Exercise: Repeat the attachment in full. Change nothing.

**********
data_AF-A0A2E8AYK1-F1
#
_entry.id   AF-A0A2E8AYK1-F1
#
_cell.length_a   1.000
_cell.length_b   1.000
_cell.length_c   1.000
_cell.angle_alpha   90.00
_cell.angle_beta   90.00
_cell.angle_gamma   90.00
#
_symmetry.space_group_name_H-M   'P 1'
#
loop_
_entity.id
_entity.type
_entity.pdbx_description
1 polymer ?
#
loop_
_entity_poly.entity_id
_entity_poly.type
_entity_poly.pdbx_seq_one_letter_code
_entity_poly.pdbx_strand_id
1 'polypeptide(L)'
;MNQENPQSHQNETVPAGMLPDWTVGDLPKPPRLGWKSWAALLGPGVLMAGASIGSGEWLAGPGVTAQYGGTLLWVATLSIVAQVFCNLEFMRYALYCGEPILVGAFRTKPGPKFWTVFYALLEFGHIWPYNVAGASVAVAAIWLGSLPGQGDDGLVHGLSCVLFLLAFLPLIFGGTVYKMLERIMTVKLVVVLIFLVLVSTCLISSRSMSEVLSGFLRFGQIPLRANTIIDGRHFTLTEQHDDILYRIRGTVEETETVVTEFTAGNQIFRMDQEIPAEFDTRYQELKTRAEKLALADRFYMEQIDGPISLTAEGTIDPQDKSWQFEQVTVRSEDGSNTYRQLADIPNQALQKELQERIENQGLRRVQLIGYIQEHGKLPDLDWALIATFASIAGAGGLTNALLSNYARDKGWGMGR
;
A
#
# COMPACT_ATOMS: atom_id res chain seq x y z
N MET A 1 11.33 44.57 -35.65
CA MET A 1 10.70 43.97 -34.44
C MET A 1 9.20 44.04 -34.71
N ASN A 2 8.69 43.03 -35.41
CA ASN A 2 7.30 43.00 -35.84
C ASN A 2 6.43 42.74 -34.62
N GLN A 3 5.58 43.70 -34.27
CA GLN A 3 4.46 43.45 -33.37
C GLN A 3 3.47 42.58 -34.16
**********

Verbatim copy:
data_AF-A0A2E8AYK1-F1
#
_entry.id   AF-A0A2E8AYK1-F1
#
_cell.length_a   1.000
_cell.length_b   1.000
_cell.length_c   1.000
_cell.angle_alpha   90.00
_cell.angle_beta   90.00
_cell.angle_gamma   90.00
#
_symmetry.space_group_name_H-M   'P 1'
#
loop_
_entity.id
_entity.type
_entity.pdbx_description
1 polymer ?
#
loop_
_entity_poly.entity_id
_entity_poly.type
_entity_poly.pdbx_seq_one_letter_code
_entity_poly.pdbx_strand_id
1 'polypeptide(L)'
;MNQENPQSHQNETVPAGMLPDWTVGDLPKPPRLGWKSWAALLGPGVLMAGASIGSGEWLAGPGVTAQYGGTLLWVATLSIVAQVFCNLEFMRYALYCGEPILVGAFRTKPGPKFWTVFYALLEFGHIWPYNVAGASVAVAAIWLGSLPGQGDDGLVHGLSCVLFLLAFLPLIFGGTVYKMLERIMTVKLVVVLIFLVLVSTCLISSRSMSEVLSGFLRFGQIPLRANTIIDGRHFTLTEQHDDILYRIRGTVEETETVVTEFTAGNQIFRMDQEIPAEFDTRYQELKTRAEKLALADRFYMEQIDGPISLTAEGTIDPQDKSWQFEQVTVRSEDGSNTYRQLADIPNQALQKELQERIENQGLRRVQLIGYIQEHGKLPDLDWALIATFASIAGAGGLTNALLSNYARDKGWGMGR
;
A
#
# COMPACT_ATOMS: atom_id res chain seq x y z
N MET A 1 11.33 44.57 -35.65
CA MET A 1 10.70 43.97 -34.44
C MET A 1 9.20 44.04 -34.71
N ASN A 2 8.69 43.03 -35.41
CA ASN A 2 7.30 43.00 -35.84
C ASN A 2 6.43 42.74 -34.62
N GLN A 3 5.58 43.70 -34.27
CA GLN A 3 4.46 43.45 -33.37
C GLN A 3 3.47 42.58 -34.16